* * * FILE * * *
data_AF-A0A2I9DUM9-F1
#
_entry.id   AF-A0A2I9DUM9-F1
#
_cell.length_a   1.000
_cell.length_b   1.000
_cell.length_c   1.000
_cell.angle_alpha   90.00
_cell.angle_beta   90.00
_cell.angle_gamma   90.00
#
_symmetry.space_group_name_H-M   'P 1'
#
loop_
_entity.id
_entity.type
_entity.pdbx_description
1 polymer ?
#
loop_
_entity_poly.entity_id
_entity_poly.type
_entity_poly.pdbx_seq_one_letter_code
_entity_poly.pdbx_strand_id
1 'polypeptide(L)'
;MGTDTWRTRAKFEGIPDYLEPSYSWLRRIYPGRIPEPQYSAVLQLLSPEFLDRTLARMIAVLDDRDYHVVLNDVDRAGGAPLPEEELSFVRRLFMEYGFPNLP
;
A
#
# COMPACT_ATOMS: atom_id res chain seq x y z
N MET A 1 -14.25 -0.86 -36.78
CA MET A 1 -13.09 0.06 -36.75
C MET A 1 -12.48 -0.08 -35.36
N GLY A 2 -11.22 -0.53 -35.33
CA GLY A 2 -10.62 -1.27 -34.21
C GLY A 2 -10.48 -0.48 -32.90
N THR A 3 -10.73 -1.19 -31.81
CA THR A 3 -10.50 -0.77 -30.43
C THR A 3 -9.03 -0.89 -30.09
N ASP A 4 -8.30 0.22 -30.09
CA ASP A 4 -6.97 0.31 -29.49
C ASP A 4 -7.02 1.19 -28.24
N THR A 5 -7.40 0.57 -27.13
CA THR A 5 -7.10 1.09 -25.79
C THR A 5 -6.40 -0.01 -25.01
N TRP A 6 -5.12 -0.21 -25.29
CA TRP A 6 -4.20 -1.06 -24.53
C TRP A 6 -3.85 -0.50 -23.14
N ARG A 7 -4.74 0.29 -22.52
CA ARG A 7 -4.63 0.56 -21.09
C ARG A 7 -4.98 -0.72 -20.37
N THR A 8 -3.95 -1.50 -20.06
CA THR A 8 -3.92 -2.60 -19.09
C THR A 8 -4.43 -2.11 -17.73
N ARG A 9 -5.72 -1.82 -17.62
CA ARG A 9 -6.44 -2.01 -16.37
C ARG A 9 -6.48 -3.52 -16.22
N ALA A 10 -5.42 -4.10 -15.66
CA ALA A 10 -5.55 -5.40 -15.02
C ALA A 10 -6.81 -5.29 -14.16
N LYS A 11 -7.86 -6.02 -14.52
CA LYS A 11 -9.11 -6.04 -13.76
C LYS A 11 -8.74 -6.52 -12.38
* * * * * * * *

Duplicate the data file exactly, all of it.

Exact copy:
data_AF-A0A2I9DUM9-F1
#
_entry.id   AF-A0A2I9DUM9-F1
#
_cell.length_a   1.000
_cell.length_b   1.000
_cell.length_c   1.000
_cell.angle_alpha   90.00
_cell.angle_beta   90.00
_cell.angle_gamma   90.00
#
_symmetry.space_group_name_H-M   'P 1'
#
loop_
_entity.id
_entity.type
_entity.pdbx_description
1 polymer ?
#
loop_
_entity_poly.entity_id
_entity_poly.type
_entity_poly.pdbx_seq_one_letter_code
_entity_poly.pdbx_strand_id
1 'polypeptide(L)'
;MGTDTWRTRAKFEGIPDYLEPSYSWLRRIYPGRIPEPQYSAVLQLLSPEFLDRTLARMIAVLDDRDYHVVLNDVDRAGGAPLPEEELSFVRRLFMEYGFPNLP
;
A
#
# COMPACT_ATOMS: atom_id res chain seq x y z
N MET A 1 -14.25 -0.86 -36.78
CA MET A 1 -13.09 0.06 -36.75
C MET A 1 -12.48 -0.08 -35.36
N GLY A 2 -11.22 -0.53 -35.33
CA GLY A 2 -10.62 -1.27 -34.21
C GLY A 2 -10.48 -0.48 -32.90
N THR A 3 -10.73 -1.19 -31.81
CA THR A 3 -10.50 -0.77 -30.43
C THR A 3 -9.03 -0.89 -30.09
N ASP A 4 -8.30 0.22 -30.09
CA ASP A 4 -6.97 0.31 -29.49
C ASP A 4 -7.02 1.19 -28.24
N THR A 5 -7.40 0.57 -27.13
CA THR A 5 -7.10 1.09 -25.79
C THR A 5 -6.40 -0.01 -25.01
N TRP A 6 -5.12 -0.21 -25.29
CA TRP A 6 -4.20 -1.06 -24.53
C TRP A 6 -3.85 -0.50 -23.14
N ARG A 7 -4.74 0.29 -22.52
CA ARG A 7 -4.63 0.56 -21.09
C ARG A 7 -4.98 -0.72 -20.37
N THR A 8 -3.95 -1.50 -20.06
CA THR A 8 -3.92 -2.60 -19.09
C THR A 8 -4.43 -2.11 -17.73
N ARG A 9 -5.72 -1.82 -17.62
CA ARG A 9 -6.44 -2.01 -16.37
C ARG A 9 -6.48 -3.52 -16.22
N ALA A 10 -5.42 -4.10 -15.66
CA ALA A 10 -5.55 -5.40 -15.02
C ALA A 10 -6.81 -5.29 -14.16
N LYS A 11 -7.86 -6.02 -14.52
CA LYS A 11 -9.11 -6.04 -13.76
C LYS A 11 -8.74 -6.52 -12.38